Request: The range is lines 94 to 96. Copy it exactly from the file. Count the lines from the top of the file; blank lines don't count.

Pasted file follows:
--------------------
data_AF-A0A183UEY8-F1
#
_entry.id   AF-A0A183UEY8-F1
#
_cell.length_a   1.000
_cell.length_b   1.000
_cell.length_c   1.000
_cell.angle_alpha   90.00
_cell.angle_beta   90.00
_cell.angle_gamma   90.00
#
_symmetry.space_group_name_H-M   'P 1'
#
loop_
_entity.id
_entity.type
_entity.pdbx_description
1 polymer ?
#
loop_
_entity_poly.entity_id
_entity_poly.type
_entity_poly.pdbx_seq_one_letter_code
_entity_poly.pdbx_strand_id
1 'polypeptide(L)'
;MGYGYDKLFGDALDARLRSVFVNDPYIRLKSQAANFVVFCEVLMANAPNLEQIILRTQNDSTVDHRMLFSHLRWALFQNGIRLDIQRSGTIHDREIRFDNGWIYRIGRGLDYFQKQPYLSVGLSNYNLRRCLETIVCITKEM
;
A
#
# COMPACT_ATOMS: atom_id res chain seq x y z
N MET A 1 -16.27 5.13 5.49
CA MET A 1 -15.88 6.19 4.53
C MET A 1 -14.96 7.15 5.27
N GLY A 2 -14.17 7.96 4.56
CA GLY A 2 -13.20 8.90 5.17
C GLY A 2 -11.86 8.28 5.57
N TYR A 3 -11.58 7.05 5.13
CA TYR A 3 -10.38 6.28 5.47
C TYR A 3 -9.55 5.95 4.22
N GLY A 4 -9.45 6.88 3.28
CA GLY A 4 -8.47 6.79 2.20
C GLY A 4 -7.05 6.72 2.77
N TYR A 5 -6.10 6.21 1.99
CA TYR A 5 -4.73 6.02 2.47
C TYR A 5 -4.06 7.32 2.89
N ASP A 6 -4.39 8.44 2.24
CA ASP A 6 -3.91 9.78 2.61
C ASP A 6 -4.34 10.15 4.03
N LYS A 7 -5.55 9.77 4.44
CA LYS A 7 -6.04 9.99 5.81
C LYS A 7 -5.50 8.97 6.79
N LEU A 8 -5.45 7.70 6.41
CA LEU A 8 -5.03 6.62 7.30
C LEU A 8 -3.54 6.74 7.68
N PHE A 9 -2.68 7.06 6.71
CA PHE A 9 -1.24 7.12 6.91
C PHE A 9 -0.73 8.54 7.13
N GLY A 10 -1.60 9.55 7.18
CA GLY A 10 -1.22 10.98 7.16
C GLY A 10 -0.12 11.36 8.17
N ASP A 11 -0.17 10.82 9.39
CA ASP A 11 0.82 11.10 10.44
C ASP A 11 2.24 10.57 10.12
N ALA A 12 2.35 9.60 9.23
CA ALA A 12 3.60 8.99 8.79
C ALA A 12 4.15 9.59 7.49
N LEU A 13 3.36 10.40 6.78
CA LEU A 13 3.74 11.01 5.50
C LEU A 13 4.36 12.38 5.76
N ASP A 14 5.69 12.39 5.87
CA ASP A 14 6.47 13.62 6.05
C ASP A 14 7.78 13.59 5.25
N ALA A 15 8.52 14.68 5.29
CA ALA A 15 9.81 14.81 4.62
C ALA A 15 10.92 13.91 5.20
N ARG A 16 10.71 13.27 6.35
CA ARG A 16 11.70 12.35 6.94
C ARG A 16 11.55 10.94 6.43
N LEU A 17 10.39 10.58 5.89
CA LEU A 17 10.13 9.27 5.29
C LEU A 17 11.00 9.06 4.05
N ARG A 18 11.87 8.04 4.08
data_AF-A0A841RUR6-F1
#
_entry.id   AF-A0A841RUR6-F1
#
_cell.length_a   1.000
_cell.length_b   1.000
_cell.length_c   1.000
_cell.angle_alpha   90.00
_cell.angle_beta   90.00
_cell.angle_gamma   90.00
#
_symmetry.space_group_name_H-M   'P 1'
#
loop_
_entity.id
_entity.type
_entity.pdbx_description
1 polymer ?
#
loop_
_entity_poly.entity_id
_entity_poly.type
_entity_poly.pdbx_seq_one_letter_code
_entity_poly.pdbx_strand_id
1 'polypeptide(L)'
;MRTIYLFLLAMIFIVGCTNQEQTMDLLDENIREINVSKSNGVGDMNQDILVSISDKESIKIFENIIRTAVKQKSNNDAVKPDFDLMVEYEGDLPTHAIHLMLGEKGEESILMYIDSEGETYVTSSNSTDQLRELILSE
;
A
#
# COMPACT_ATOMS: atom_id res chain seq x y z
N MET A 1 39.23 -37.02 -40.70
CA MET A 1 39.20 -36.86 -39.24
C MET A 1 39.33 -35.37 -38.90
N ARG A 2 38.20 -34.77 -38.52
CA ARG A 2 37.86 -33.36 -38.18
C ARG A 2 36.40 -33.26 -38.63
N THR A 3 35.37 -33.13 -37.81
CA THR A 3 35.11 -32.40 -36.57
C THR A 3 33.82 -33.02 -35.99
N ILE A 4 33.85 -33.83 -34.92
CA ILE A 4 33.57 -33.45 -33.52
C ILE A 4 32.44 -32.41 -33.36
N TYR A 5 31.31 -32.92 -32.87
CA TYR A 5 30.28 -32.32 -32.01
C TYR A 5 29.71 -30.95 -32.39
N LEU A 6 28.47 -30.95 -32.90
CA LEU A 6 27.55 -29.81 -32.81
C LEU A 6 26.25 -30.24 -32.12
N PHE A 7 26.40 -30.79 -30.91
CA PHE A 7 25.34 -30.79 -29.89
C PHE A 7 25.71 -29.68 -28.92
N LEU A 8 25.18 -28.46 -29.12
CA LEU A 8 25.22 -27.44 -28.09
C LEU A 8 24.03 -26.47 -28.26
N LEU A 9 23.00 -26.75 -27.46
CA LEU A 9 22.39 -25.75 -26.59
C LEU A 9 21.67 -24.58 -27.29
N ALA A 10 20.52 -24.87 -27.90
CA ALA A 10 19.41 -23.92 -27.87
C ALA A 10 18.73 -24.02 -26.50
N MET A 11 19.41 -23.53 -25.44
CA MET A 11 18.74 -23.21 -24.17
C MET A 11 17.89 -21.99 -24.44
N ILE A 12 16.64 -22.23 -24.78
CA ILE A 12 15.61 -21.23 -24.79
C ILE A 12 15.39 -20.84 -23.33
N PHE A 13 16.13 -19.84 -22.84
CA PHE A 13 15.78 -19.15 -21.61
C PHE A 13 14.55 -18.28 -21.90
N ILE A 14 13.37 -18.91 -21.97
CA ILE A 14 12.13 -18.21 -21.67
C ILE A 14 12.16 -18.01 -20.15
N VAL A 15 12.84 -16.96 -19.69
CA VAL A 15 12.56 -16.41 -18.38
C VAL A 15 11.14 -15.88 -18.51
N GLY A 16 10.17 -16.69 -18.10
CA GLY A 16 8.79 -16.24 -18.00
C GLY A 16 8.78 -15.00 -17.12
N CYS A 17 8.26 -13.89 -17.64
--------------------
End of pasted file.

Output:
_symmetry.space_group_name_H-M   'P 1'
#
loop_